15. no 1 in r4c6 because of 1 required in 13(4)n1. Here's how. Maybe this is a nice fish move. Don't know which one [edit: Turbot fish! Thanks Mike].
15a. 13(4)n1 must have 1.
i.1 in r3c34 -> 1 in n3 in r2c8 -> no 1 r4c6
ii. 1 in r4c34 -> no 1 in r4c6

15b. -> no 1 r4c6, no 6 r4c7

16. 1 in D/ only in r7c7 or r2c8:
16a. cross-over -> no 1 r7c8

17. no 1 in r2c2 or r8c8 because of 1's in D/. Here's how.
17a. 1 in D/ only in r7c7 or r2c8
i. 1 in r7c7 -> 1 in n3 in r3 -> 1 required in 13(3)n1 only in r4c4 -> no 1 in r2c2 or r8c8 (on same D\ as r4c4)
ii. 1 in D/ in r2c8 -> no 1 in r2c2 or r8c8
17b. no 5 r2c8 (h6(2)r2)
17c. {189} combo blocked from 18(3)n9 (no 1 available)

[edit out redundant step]

A nice shortcut compared to the big innies move in the original WT.
Alternate step 18: better way as suggested by Mike from following post. Original step in TT below.
18. 13(3)n1 can only contain at most one of {79} due to cage sum.
18a. only other place for {79} in n1 is r2c3
18b. -> r2c3 = {79} and...
18c. ...13(3)n1 = {(7/9)..} (only other place in n1)
18d. 13(3) = {157/247/139} (no 6,8)
18e. 8 in n1 only in r3c12.
18f. 8 locked for r3 and no 8 r4c1

18. 8 locked in r3c12 because of innies n1. Here's how.
18a. "45" n1:6 innies {r2c2, r3c12} + {r123c3} = 32(6) and can only contain at most 2 of {789} from r3c12=[8] or r2c3={789}. No other place available for {789} in innies n1.
18a. -> 32(6) n1 = {135689/145679/234689/235678/245678}
18b. However, the {145679} is blocked since 7 & 9 only in r2c3.
18c. = {135689/234689/235678/245678}
18d. Each of these combinations has exactly 2 of {789} -> the 8 in r3c12 must be one of them. The [7/9] must come from r2c3.
18e. since 8 must be in r3c12: 8 locked for n1, r3 and no 8 in r4c1
18f. -> r2c3 = {79}, r2c4 = {24}


19. h6(2)r2c28 = [51] ({24} blocked by r2c4)

20. 14(2)n2 = {68}:both locked for r2
20a. no 4 or 9 in r1c5

21. split-cage 17(3)r2c2 = 8{27/36}(no 1,4,9)
21a. 7 only in r4c1 -> no 2 r4c1

22. 13(3)n1 = {139/247} = [2/3..] [edit out invalid combination]

23. deleted: redundant from new step 18

24. 8 in n2 only in c6: 8 locked for c6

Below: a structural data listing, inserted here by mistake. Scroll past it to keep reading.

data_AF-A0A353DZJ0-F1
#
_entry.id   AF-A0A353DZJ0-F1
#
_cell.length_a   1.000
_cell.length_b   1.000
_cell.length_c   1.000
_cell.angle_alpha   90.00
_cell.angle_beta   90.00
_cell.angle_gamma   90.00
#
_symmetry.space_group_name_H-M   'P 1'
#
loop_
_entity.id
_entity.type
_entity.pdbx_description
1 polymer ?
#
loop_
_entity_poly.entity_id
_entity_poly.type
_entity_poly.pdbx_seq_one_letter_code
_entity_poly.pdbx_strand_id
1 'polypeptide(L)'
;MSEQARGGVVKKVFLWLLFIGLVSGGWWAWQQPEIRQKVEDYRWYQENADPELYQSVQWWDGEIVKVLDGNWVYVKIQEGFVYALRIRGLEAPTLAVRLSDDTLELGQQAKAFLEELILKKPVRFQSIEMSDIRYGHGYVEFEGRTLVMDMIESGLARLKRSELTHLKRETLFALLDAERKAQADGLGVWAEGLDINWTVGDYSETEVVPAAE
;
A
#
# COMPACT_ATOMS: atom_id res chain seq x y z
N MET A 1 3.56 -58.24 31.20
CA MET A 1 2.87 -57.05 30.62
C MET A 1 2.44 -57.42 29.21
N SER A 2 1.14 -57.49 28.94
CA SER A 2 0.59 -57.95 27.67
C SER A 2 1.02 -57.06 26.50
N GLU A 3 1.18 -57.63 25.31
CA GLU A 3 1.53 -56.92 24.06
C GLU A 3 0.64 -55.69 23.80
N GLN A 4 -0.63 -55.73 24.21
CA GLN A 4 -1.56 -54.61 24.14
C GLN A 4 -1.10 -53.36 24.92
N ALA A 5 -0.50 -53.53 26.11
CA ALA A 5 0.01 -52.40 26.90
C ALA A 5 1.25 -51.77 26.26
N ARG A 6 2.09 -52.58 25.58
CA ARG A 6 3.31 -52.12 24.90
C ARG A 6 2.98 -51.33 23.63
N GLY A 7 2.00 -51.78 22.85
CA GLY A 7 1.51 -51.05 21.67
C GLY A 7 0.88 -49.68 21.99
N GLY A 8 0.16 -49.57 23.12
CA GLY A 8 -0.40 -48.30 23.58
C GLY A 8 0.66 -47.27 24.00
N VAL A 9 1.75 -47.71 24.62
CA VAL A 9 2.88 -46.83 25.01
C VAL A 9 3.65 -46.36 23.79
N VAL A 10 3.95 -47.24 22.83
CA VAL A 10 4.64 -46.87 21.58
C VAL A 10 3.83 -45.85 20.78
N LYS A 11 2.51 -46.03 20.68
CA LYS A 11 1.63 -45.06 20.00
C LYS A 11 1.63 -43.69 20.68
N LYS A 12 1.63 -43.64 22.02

24a. -> no 2 in r57c7
24b. and no 3 r8c7

25. 1 in r3 only in r3c34 in 13(4)
25a. -> no 1 r4c34
note: there are lots of neat eliminations now that there are only 2 1s in r4: but can't use it to solve the puzzle.
25c. 1 in n4 only in 16(4)
25d. {2347/2356} combo's blocked [edit step numbers]

26. {368} combo blocked from 17(3)n3 by r2c7
26a. {467} combo blocked since r12c7 = [4/6] (8 in n2 is only in r12c6)
26b. = {269/278/359/458} = [2/5..]
[edit:26a added]

Now an innies move for n3 rather than using AIC's - simpler?[edit: step 27a. because of added step 26a]
27. "45" n3: 5 innies = 27 = 27(5)
27a. = {23679/24678/34569/34578} ({23589/24579} blocked by 17(3) step 26b)
27b. r3c89 = 5..9 -> r3c89 = 9..5

i. r4c9 = 5 -> r3c89 = 9 = {36} only: blocked. Here's how.
r3c89 = {36} -> r123c7 = blocked: from combinations in 27(5) step 27a. can't make {279} from candidates in r2c7
-> no 5 r4c9

ii. r4c9 = 6 -> r3c89 = 8 = {35} -> from combinations in 27(5) step 27a.
-> r123c7 = {469}: blocked: can only be [469] which forces r123c6 = [887]:but 2 8's c6
................= {478} = [487]
-> innies n3 = {34578}

iii. r4c9 = 7 -> r3c89 = 7 = {25}: blocked. NO combinations with {25} in 27a.

iv. r4c9 = 7 -> r3c89 = 7 = {34}:Blocked. Here's how.
r3c89 = {34} -> from combinations in 27(5) step 27a-> r123c7 = {569} = [569]: but this forces 2 7's into c6;
...............................................................................................= {578} = [587]-> r123c6 = [769]:but this means no 8 for r12c6
-> no 7 r4c9

v. r4c9 = 8 -> r3c89 = 6 = {24}
r3c89 = {24}-> from combinations in 27(5) step 27a.-> r123c7 = {678} = [867]
-> innies n3 = {24678}

vi. r4c9 = 9 -> r3c89 = 5 = {23}
r3c89 = {23}-> from combinations in 27(5) step 27a.r123c7 = {679} = [769/967]
-> innies n3 = {23679}

28. In summary from steps 27ii,v,vi: innies n3 = {23679/24678/34578} = 7{..}
28a. 7 locked for n3 and c7
28b. no 3 r57c6, no 4 r8c6

29. in Summary from steps 27ii,v,vi:: r3c89 = {35/24/23}(no 6)
29a. split-cage 14(3)r2c8 = {239/248/356}
29b. r4c9 = {689}

30. In summary from steps 27ii,v,vi:: r123c7 = [487/867/769/967]
30a. r1c7 = {4789}(no 3,5)
30b. r1c6 = {3458}(no 7,9)

31. 17(3)n3 = {269/359/458} = [4/9..]
31a. {58} only in r1c89 -> no 4 r1c89

32. no 9 in r3c7. Here's how.
32a. 17(3)n3 = [4/9..](step 31)
i. if [4] -> r1c89 = {58} -> 12(2)n2 = [39]-> no 9 r3c7
ii. if [9] -> no 9 r3c7

33. r3c67 = [97]
33a. Cleanup: no 1 in r1c5 or r57c7, no 2 in r8c7, no 5 in r1c6,

34. 9 in c5 only in r45c5 in 17(3): 9 locked for n5
34a. no 4 r5c3, no 5 r6c3
34a. 17(3)n2 = 9{26/35} - no 4, 8

35. 9 in c4 only in r78c4 in 22(4)n78: 9 locked for 22(4)
35a. no 9 r67c3

36. 8 in D\ only in n9: 9 locked for n9
36a. cleanup - no 3 at r8c6

37. 9(2)n8 can't be {36} - blocked by [3/6..] needed for 10(2)n2
37a. no 3,6 r89c5

38. 3 in n8 now only in c4: 4 locked for c4
38a. cleanup no 4 at r1c3 for 7(2)n12

39. 7 in n2 only in 10(2) = {37}: both locked for n2 & c5
39a. no 9 r1c7